At least as early as 2005, Goldman similarly began using swaps to limit its exposure to risky mortgages, the first of multiple strategies it would employ to reduce its subprime risk.

The company has closely guarded the details of most of its swaps trades, except for $20 billion in widely publicized contracts it purchased from AIG in 2005 and 2006 to cover mortgage defaults or ratings downgrades on subprime-related securities it offered offshore.

In December 2006, after "10 straight days of losses" in Goldman's mortgage business, Chief Financial Officer David Viniar called a meeting of mortgage traders and other key personnel, Goldman spokesman DuVally said.

Shortly after the meeting, he said, it was decided to reduce the firm's mortgage risk by selling off its inventory of bonds and betting against those classes of securities in secretive swaps markets.

DuVally said that at the time, Goldman executives "had no way of knowing how difficult housing or financial market conditions would become."

In early 2007, the firm's mortgage traders also bet heavily against the housing market on a year-old subprime index on a private London swap exchange, said several Wall Street figures familiar with those dealings, who declined to be identified because the transactions were confidential.

The swaps contracts would pay off big, especially those with AIG. When Goldman's securities lost value in 2007 and early 2008, the firm demanded $10 billion, of which AIG reluctantly posted $7.5 billion, Viniar disclosed last spring.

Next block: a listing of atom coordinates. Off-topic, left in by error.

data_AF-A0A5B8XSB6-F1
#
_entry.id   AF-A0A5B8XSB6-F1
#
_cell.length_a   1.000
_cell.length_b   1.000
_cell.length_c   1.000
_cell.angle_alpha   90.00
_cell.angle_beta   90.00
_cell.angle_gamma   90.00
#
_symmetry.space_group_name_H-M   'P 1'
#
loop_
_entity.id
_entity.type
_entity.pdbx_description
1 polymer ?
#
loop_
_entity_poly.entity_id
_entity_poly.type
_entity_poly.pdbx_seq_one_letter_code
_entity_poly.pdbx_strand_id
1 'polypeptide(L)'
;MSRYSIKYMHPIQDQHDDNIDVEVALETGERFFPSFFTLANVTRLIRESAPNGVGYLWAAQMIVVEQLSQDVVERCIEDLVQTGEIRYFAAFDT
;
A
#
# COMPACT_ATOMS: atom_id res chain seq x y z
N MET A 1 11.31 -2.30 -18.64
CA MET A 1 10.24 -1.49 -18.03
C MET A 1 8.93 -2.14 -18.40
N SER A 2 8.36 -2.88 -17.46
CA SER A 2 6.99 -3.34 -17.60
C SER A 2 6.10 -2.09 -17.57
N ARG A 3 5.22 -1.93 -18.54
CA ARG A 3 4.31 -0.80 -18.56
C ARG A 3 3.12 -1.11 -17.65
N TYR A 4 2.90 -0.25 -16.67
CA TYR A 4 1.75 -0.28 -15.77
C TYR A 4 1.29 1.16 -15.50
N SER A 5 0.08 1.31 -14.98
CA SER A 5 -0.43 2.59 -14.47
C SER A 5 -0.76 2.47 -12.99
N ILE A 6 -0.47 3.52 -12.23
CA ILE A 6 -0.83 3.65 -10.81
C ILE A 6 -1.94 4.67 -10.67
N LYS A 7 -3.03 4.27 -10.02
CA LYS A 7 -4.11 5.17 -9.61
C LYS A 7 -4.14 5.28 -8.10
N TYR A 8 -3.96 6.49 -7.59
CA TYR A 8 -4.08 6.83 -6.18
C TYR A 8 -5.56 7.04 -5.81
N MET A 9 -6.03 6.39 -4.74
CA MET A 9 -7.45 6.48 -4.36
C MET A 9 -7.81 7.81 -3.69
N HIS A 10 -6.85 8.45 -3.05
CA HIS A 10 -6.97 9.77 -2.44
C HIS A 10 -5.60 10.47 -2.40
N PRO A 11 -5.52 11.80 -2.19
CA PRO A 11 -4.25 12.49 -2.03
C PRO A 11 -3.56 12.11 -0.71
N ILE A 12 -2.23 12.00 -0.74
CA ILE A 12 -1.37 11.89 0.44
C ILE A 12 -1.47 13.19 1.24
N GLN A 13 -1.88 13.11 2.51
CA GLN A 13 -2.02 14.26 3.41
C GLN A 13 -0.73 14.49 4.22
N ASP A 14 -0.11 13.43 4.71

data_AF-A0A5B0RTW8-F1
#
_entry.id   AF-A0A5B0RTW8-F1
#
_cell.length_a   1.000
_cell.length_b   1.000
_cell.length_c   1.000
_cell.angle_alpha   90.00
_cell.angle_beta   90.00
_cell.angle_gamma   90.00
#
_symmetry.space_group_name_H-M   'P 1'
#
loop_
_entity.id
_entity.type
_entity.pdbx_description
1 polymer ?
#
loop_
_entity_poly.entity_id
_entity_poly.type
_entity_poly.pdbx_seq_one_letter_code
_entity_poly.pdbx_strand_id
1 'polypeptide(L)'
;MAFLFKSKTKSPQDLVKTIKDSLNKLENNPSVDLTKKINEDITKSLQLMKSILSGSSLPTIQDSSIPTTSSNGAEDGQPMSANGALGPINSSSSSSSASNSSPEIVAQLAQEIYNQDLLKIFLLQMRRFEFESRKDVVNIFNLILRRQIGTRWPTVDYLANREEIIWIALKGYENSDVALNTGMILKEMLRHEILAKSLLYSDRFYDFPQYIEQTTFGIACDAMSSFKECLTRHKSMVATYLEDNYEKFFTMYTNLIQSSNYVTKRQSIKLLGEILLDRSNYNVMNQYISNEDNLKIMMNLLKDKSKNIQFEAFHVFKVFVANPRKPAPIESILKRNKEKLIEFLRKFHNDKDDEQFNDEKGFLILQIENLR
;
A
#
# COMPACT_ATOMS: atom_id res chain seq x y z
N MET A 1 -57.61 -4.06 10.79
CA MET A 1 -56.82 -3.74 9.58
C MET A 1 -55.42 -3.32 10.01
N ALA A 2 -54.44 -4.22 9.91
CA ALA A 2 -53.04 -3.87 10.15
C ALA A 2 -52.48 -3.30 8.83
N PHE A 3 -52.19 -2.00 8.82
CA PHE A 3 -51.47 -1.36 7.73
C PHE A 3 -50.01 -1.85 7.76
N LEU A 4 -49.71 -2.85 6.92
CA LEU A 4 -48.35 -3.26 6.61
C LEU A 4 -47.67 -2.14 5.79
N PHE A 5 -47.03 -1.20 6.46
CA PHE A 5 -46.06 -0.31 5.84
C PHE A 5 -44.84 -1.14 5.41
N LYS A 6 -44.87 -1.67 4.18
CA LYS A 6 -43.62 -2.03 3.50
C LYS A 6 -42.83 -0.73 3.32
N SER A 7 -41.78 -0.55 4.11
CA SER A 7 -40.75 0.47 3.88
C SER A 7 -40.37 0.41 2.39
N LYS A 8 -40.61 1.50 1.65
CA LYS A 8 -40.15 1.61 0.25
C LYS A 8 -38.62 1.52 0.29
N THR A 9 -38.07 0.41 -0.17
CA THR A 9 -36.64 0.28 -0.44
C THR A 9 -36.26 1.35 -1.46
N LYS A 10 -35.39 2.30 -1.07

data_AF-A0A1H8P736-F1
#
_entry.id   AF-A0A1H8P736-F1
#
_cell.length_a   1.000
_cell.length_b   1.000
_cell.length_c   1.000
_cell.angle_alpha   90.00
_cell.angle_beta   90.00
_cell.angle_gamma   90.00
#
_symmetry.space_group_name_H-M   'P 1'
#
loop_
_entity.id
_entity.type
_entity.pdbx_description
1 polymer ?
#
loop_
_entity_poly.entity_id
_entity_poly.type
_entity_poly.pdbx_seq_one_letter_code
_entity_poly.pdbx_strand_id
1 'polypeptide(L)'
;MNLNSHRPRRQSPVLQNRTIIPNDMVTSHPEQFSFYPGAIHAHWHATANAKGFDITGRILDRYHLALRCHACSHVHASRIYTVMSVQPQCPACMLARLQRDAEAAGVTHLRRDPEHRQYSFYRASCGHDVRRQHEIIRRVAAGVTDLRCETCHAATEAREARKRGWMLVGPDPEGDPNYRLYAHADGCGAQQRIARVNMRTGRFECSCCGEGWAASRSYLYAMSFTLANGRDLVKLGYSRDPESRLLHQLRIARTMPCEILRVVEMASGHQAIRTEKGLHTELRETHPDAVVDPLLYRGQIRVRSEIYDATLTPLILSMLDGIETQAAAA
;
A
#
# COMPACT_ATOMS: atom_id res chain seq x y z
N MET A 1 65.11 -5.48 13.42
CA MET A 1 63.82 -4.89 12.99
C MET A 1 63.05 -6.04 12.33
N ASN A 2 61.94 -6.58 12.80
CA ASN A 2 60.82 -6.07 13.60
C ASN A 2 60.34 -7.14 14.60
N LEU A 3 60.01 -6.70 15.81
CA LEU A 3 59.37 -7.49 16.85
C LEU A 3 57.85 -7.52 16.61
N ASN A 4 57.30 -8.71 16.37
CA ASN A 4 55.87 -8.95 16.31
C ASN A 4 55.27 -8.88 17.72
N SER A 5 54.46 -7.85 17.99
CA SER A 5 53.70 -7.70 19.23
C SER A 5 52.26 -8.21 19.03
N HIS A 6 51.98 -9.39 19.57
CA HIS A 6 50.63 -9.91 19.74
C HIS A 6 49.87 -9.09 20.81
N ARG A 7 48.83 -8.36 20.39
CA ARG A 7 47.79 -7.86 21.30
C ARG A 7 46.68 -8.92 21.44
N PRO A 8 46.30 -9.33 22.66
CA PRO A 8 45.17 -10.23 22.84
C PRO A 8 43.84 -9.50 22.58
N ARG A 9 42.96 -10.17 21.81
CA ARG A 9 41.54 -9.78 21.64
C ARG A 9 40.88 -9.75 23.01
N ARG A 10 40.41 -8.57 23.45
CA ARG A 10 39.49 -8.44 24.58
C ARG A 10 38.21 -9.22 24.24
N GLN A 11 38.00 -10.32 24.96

As Goldman's and others' collateral demands grew, AIG suffered an enormous cash squeeze in September 2008, leading to the taxpayer bailout to prevent worldwide losses. Goldman's payout from AIG included more than $8 billion to settle swaps contracts.

DuVally said Goldman has made other bets with hundreds of unidentified counterparties to insure its own subprime risks and to take positions against the housing market for its clients. Until the end of 2006, he said, Goldman was still betting on a strong housing market.

However, Goldman sold off nearly $28 billion of risky mortgage securities it had issued in the U.S. in 2006, including $10 billion on Oct. 6, 2006. The firm unloaded another $11 billion in February 2007, after it had intensified its contrary bets. Goldman also stopped buying risky home mortgages after the December meeting, though DuVally declined to say when.


Despite updating its numerous disclosures to investors in 2007, Goldman never revealed its secret wagers.
Asked whether Goldman's bond sellers knew about the contrary bets, spokesman DuVally said the company's mortgage business "has extensive barriers designed to keep information within its proper confines."

However, Viniar, the Goldman finance chief, approved the securities sales and the simultaneous bets on a housing downturn. Dan Sparks, a Texan who oversaw the firm's mortgage-related swaps trading, also served as the head of Goldman Sachs Mortgage from late 2006 to April 2008, when he abruptly resigned for personal reasons.